- 13 May 2020
- The British Art Talks podcast is a new audio series from the Paul Mellon Centre for Studies in British Art. It features new research and aims to enhance and expand knowledge of British art and architecture.
Medieval tombs often depict husband and wife lying hand-in-hand, immortalised in elegantly carved stone: what Philip Larkin would later describe in his celebrated poem, An Arundel Tomb, as their ‘stone fidelity’.
These gestural monuments seem to belong to a broader tendency towards ‘expressivity’ in late-medieval sculpture. Whereas the figures on Romanesque portals stare back at the viewer impassively, their Gothic counterparts beam with radiant smiles, wipe away bitter tears or grimace and gurney with uncontrolled rage. The nature and significance of this shift has been much debated in recent years, in particular the extent to which the heightened representation of emotion was designed to provoke an equivalent emotional response.
This talk explores these ideas through the gesture of joined hands on medieval tomb monuments. I first address the issue of why hand-joining tombs are almost entirely restricted to a fifty-year period in England, before going on to place these amorous effigies in dialogue with wedding rings and dresses, changes to matrimonial ritual, and the new economic opportunities offered to widows. What emerges is the careful artifice beneath their seductive emotional surfaces: the artistic, religious, political and legal agendas underlying the medieval rhetoric of married love.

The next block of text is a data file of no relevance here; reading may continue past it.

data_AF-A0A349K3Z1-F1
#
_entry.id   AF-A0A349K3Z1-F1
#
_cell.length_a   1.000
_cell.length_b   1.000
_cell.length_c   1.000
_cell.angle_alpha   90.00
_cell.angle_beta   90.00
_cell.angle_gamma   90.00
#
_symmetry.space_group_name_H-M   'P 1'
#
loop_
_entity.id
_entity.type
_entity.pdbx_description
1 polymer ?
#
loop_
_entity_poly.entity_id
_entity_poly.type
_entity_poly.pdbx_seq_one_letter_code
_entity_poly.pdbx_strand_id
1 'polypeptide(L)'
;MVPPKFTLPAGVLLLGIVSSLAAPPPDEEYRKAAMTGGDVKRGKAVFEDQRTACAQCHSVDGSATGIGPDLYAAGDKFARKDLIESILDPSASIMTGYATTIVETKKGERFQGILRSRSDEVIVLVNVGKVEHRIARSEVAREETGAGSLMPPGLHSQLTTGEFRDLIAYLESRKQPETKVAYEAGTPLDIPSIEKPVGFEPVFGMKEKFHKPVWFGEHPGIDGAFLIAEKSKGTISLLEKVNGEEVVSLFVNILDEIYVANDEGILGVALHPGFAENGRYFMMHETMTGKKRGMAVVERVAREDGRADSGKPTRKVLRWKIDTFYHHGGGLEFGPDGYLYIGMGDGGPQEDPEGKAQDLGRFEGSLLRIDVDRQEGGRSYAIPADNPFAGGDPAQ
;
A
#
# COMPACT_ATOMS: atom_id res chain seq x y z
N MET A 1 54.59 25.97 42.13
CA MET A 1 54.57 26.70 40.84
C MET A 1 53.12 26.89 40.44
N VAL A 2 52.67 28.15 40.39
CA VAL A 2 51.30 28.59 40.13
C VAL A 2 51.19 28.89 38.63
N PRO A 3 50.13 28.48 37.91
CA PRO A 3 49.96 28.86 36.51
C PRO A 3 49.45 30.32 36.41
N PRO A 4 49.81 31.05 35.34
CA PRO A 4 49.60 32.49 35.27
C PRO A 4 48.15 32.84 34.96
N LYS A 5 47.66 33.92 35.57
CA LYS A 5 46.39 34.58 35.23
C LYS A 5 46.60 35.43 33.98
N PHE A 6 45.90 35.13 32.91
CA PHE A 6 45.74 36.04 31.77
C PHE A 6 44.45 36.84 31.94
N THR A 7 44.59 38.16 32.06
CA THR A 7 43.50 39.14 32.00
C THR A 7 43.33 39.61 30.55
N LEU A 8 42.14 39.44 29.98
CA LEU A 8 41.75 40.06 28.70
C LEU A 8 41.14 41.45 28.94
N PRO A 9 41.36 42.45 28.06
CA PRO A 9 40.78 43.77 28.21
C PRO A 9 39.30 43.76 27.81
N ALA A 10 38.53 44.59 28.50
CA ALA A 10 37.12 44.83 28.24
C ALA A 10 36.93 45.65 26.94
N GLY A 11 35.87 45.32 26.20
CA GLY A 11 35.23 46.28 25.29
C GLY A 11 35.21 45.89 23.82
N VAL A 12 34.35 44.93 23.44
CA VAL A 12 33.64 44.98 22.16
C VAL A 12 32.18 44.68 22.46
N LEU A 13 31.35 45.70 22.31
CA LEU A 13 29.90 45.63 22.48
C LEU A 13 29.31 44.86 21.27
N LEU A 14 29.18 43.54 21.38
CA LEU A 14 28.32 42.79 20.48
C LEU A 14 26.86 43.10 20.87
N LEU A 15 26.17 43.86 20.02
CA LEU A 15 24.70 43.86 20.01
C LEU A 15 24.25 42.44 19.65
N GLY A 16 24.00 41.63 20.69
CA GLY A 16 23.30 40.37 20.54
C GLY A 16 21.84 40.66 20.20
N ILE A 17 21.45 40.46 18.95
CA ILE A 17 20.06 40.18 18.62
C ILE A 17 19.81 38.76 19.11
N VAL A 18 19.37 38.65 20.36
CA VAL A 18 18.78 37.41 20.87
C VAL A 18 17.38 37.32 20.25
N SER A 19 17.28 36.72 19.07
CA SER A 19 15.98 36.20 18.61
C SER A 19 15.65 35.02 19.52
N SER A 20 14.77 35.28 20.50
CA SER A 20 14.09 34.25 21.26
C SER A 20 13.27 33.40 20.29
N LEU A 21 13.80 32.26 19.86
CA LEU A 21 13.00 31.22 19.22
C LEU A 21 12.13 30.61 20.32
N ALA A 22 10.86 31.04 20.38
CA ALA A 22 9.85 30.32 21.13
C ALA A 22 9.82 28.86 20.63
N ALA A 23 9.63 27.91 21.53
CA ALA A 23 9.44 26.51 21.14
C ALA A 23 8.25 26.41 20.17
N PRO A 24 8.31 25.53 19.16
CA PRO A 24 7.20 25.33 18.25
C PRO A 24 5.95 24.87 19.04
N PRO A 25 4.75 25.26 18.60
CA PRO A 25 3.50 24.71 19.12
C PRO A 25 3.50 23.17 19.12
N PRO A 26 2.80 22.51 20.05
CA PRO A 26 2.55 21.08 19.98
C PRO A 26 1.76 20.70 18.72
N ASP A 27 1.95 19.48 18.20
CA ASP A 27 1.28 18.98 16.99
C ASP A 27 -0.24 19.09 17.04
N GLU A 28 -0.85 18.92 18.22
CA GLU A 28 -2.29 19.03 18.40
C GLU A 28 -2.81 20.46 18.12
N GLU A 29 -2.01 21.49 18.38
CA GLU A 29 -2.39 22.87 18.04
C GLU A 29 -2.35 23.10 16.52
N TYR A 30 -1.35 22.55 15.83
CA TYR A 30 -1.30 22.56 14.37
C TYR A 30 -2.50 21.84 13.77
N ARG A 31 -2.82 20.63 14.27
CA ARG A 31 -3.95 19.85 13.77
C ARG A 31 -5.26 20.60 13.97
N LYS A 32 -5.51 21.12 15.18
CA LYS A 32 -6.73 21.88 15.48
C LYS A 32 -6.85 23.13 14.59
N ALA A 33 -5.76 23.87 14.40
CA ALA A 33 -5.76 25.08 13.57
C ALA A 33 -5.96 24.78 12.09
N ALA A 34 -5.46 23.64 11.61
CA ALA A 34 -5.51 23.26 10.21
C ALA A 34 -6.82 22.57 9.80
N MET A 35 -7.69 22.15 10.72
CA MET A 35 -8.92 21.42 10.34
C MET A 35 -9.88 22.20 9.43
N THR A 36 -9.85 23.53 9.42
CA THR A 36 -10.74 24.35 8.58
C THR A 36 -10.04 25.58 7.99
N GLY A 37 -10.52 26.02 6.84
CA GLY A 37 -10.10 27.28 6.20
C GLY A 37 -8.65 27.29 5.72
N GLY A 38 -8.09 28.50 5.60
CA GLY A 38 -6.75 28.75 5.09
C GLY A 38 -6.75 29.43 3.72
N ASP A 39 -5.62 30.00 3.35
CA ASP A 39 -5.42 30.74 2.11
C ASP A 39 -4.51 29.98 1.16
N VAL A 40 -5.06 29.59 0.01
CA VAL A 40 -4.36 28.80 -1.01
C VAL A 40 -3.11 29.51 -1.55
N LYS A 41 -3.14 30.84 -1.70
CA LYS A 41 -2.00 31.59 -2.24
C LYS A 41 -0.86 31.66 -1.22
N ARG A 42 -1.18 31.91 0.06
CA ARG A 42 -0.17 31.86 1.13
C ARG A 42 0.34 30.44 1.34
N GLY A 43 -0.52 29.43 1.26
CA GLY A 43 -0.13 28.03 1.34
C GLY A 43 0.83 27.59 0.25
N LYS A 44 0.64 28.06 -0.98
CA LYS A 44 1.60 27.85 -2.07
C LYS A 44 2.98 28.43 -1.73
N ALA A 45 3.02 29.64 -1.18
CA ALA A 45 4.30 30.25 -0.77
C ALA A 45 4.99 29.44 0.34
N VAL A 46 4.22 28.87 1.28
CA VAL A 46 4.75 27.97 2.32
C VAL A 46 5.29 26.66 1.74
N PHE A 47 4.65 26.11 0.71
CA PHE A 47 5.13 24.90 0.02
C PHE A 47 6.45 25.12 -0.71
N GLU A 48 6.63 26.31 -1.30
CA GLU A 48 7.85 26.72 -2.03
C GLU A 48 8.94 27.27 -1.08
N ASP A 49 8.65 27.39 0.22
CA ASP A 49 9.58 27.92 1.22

About the speaker
Jessica Barker is a specialist in medieval art, with a particular emphasis on sculpture. She studied at the University of Oxford and the Courtauld Institute of Art, where she was subsequently Henry Moore Postdoctoral Fellow. She joined the Courtauld in 2018, after two years as a lecturer in the department of Art History and World Art Studies at the University of East Anglia.
Jessica’s research addresses questions of the macabre, gender, concealment and the body. Her monograph, Stone Fidelity: Marriage and Emotion in Medieval Tomb Sculpture explores the intersection of love and death in funerary art from fourteenth and fifteenth-century England. She has published widely on death and commemoration, with articles in journals including Art History, British Art Studies, Gesta, and The Sculpture Journal. For her next project, Jessica is thinking about practices of care and conservation in the Middle Ages, in particular how attitudes to the material integrity of sculpture might relate to new philosophies regarding the integrity of the self.
Jessica is one of the conveners of the Sculptural Processes Group, a network for art historians, curators, conservators and artists interested in processes of making across all periods and geographies.
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